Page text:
Why IEBC boss Chebukati can’t alter poll results

Independent Electoral and Boundaries Commission chairman Wafula Chebukati cannot alter or amend results announced from the polling stations, the Supreme Court ruled.

He can only tally and verify the results to confirm if the winning candidate has met the 50-plus-one percentage vote threshold and garnered at least 25 per cent votes in at least 24 counties as required by Article 138(4) of the Constitution, the judges said, adding that if the chairman detects anomalies, he should announce the results and leave the matter to the court.

“It is, therefore, the duty of the 2nd respondent (Mr Chebukati), to bring to the attention of the public, any inaccuracies discovered by the verification of forms 34A and forms 34B even as he declares the results as generated from forms 34B to generate form 34C,” Chief Justice David Maraga, Deputy Chief Justice Philomena Mwilu, and justices Jackton Ojwang’, Smokin Wanjala and Isaac Lenaola said.

CONSTITUTION
They said the effect of such inaccuracies on an election depends on their gravity and that the national returning officer “must state whether the discrepancies affect the overall results or not”.

The five judges said the responsibility of verifying results was captured in the Constitution and Section 39 (1C) (b) of the Elections Act.

“The verification required of the 1st and 2nd respondents (IEBC and the chairman respectively) is meant to ensure accuracy or prevent fraud and also confirmation that the candidate to be declared president-elect has met the threshold set under Article 138(4) of the Constitution,” they added.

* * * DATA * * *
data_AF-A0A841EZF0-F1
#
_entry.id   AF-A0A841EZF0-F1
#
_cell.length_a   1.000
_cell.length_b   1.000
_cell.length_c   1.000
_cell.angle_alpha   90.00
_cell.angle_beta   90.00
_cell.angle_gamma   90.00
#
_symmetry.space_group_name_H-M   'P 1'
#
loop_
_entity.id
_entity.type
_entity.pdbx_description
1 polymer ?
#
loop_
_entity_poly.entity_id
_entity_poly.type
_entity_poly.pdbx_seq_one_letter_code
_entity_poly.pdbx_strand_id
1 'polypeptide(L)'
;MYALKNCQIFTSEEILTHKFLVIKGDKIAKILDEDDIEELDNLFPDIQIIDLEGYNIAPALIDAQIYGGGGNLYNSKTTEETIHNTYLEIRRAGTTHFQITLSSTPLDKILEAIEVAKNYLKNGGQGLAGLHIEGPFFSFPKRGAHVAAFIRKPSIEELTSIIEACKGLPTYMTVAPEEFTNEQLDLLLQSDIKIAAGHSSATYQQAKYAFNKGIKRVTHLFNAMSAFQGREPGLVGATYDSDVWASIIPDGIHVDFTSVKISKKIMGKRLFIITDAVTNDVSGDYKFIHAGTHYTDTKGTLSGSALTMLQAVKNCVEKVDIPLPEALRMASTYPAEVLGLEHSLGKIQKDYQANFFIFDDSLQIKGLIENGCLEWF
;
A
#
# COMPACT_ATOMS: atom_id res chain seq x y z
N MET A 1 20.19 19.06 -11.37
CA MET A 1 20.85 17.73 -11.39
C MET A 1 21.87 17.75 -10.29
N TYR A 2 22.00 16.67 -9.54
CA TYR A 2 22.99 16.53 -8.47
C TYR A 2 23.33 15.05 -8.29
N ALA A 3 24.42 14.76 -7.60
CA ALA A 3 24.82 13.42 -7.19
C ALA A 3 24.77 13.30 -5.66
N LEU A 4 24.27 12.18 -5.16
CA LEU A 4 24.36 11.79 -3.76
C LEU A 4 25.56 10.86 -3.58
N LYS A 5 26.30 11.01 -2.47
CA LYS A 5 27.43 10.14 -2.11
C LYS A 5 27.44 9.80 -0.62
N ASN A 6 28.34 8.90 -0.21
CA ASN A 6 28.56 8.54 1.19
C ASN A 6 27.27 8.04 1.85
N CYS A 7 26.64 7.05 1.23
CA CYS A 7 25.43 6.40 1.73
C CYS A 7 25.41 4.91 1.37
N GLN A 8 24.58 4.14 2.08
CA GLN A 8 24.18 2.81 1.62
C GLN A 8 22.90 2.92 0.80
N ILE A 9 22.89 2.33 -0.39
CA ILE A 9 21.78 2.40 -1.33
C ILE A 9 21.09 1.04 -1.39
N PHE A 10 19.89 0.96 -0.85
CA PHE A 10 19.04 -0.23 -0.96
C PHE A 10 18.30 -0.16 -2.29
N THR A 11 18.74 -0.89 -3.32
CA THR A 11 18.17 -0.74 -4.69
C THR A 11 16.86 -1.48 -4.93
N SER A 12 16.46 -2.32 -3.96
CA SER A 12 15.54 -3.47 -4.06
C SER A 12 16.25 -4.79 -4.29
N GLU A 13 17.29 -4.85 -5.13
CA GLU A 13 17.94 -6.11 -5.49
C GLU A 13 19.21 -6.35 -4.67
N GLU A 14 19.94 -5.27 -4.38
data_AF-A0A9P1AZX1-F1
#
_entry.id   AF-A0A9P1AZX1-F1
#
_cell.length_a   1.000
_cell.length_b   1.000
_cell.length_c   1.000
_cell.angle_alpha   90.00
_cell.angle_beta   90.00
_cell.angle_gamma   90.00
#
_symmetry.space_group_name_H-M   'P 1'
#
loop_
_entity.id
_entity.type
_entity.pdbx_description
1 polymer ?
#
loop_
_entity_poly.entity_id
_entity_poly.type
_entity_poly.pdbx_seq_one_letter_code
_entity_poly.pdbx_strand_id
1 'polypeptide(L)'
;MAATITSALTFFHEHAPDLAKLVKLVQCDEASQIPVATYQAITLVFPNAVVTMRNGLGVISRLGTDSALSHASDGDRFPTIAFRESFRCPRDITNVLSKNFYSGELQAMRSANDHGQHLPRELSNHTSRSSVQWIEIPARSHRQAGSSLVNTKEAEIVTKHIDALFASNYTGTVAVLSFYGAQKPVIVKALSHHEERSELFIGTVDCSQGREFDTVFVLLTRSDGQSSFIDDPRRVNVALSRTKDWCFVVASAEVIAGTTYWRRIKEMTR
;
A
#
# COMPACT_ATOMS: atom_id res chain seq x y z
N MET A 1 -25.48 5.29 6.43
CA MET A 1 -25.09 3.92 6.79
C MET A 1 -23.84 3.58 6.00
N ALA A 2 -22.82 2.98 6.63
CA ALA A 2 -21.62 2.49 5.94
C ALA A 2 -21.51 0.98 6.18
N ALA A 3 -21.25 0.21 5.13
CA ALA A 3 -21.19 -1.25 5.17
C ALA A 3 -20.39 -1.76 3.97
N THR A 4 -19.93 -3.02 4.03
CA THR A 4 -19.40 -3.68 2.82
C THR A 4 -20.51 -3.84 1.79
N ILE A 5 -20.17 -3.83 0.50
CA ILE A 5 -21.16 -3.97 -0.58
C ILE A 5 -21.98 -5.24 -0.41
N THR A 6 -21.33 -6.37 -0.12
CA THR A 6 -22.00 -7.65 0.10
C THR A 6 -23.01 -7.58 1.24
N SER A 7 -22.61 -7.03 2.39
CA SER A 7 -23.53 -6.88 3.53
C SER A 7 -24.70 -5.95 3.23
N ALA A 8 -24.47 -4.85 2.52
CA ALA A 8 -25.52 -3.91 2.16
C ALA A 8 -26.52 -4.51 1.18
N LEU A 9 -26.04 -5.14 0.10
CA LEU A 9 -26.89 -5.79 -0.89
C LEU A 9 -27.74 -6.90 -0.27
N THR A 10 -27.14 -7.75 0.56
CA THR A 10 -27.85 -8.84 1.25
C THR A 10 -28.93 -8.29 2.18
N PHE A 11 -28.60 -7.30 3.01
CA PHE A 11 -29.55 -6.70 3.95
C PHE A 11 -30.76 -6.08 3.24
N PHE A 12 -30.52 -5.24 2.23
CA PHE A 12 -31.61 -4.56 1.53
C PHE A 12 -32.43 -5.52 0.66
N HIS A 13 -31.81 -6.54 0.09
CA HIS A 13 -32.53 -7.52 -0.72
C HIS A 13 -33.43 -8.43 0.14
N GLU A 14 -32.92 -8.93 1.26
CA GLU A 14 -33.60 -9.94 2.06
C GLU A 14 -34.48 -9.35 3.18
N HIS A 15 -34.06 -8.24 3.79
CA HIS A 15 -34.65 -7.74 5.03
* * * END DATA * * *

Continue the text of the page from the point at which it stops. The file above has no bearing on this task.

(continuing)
SUPREME COURT
Justice Ojwang’ read a concurring opinion, supporting the decision of the other judges who said that the matter was dealt with by the Court of Appeal in the Maina Kiai decision of 2013.

“But for whatever it may be worth, we hereby reiterate that the 1st and 2nd respondents cannot correct errors identified in forms 34B or amend the forms 34B where the same differ with the results contained in the relevant Forms 34A.

“Theirs is to expose such discrepancies and leave the resolution of such issues to the election court, in this case, the Supreme Court,” the judges ruled.

The electoral body had sought a clarification from the court, saying its September 1 judgment was not clear as to how to treat discrepancies in the two forms.

VERIFY RESULTS

The commission, through lawyer Kamau Karori, had argued that the judges criticised Mr Chebukati for announcing results that were not adding up.

However, the judges said: “On the contrary, what this court took issue with was the decision by the 2nd respondent to declare the results that had not been tested against the transmitted results in forms 34A from the 40,833 polling stations countrywide.”

They said the Court of Appeal in the Maina Kiai case had not taken away the duty of the chairman to verify the results. 

JUDGMENT

The judges said they only agreed to hear the matter in order to correct the impression of an ambiguity in their judgment.

“This assumption of jurisdiction is all the more necessary so as to avert the danger of an impression being created in the mind of the public that there exists an ambiguity in the court’s judgment even where there might be none.

“If indeed there is an ambiguity, the assumption of jurisdiction will help eliminate the same,” the court said.

IEBC had maintained that whereas the Supreme Court upheld the Maina Kiai case, the judges in the majority decision explained that among the reasons they annulled the election is that the commission did not verify the results by comparing forms 34B against the results electronically transmitted in forms 34A.

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